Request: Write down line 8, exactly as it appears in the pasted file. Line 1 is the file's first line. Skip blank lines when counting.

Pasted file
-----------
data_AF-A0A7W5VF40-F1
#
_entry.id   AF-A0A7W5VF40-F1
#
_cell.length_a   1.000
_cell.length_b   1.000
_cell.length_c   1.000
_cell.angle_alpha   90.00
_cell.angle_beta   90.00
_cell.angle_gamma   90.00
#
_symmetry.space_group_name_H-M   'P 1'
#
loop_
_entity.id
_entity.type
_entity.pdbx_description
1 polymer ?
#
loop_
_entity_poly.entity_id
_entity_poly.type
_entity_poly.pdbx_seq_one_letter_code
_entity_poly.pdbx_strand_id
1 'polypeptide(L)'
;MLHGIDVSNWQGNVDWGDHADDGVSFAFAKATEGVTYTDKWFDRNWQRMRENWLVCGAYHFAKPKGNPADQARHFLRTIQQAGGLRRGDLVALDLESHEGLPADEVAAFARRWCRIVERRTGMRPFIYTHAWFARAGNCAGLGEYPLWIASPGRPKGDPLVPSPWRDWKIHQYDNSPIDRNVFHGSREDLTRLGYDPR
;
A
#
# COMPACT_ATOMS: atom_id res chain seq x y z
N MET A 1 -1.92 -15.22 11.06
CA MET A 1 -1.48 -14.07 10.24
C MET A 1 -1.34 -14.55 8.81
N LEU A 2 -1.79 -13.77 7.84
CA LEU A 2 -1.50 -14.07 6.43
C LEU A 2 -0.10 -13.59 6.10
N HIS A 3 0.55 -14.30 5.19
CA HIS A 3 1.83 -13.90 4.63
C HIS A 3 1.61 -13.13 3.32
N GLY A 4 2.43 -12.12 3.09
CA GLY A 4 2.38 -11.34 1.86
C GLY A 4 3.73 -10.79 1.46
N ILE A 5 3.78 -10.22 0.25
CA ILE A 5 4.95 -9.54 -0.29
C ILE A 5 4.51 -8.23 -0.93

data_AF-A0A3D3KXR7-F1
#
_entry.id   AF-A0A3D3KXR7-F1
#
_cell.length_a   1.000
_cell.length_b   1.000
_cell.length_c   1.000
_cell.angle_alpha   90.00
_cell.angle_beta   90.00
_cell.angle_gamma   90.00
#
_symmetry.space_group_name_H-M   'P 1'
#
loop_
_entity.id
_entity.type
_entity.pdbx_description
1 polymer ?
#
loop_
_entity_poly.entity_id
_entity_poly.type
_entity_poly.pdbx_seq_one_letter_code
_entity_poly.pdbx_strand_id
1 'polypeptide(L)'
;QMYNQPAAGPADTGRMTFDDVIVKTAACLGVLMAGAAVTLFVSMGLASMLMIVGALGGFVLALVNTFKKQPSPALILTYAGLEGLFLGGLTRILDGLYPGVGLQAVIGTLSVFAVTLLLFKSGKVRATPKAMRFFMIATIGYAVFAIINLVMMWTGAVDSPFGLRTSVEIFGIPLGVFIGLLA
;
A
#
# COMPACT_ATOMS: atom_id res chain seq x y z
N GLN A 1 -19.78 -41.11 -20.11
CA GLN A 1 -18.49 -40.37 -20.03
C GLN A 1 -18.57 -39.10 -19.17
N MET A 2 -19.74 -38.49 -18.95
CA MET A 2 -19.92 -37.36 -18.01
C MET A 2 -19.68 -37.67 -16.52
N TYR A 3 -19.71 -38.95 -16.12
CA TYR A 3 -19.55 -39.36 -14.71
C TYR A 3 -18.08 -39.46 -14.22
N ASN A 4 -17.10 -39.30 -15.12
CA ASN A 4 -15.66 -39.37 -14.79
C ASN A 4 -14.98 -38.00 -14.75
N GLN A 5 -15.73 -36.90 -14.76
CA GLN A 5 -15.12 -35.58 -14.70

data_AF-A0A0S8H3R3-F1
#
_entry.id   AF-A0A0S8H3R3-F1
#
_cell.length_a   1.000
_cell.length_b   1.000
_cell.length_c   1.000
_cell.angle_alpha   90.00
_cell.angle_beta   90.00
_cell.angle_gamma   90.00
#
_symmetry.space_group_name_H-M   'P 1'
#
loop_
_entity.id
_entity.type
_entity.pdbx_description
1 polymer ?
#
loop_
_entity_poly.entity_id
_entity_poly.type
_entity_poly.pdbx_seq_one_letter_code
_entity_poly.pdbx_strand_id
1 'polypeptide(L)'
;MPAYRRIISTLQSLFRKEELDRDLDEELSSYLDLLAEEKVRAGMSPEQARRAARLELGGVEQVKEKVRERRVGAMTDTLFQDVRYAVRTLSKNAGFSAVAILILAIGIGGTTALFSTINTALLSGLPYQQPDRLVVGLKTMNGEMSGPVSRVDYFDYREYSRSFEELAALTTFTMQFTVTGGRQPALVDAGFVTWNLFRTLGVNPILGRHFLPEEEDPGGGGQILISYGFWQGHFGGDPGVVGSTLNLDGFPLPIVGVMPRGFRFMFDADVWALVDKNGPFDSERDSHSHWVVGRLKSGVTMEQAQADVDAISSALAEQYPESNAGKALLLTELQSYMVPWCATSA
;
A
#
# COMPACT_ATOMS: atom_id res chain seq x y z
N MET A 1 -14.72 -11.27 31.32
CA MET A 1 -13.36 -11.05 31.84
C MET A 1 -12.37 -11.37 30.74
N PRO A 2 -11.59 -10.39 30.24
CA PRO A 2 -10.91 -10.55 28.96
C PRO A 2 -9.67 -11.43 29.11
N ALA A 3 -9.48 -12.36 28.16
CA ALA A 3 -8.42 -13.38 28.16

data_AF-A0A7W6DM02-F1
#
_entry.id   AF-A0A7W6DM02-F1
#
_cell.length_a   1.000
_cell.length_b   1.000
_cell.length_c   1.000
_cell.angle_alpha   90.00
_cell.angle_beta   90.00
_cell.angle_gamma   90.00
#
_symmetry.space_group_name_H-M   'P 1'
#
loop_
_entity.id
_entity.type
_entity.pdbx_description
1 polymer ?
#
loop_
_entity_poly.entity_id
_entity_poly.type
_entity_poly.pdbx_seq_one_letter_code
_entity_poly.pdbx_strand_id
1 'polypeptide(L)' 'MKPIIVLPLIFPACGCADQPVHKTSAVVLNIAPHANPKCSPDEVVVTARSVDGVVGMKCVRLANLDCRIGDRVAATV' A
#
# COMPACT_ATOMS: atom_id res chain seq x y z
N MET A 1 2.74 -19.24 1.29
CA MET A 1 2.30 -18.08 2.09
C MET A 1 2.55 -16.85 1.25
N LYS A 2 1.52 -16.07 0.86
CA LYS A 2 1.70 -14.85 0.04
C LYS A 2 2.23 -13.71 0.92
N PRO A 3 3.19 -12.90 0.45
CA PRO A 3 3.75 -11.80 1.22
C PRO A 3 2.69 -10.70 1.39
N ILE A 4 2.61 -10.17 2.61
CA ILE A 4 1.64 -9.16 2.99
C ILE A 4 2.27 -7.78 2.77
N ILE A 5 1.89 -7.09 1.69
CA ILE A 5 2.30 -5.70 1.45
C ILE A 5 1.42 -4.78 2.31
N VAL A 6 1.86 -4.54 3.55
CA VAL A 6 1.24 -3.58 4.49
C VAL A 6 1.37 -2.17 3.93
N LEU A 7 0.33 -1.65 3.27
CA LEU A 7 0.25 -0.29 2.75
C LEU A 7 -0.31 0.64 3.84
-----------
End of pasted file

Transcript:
_cell.angle_alpha   90.00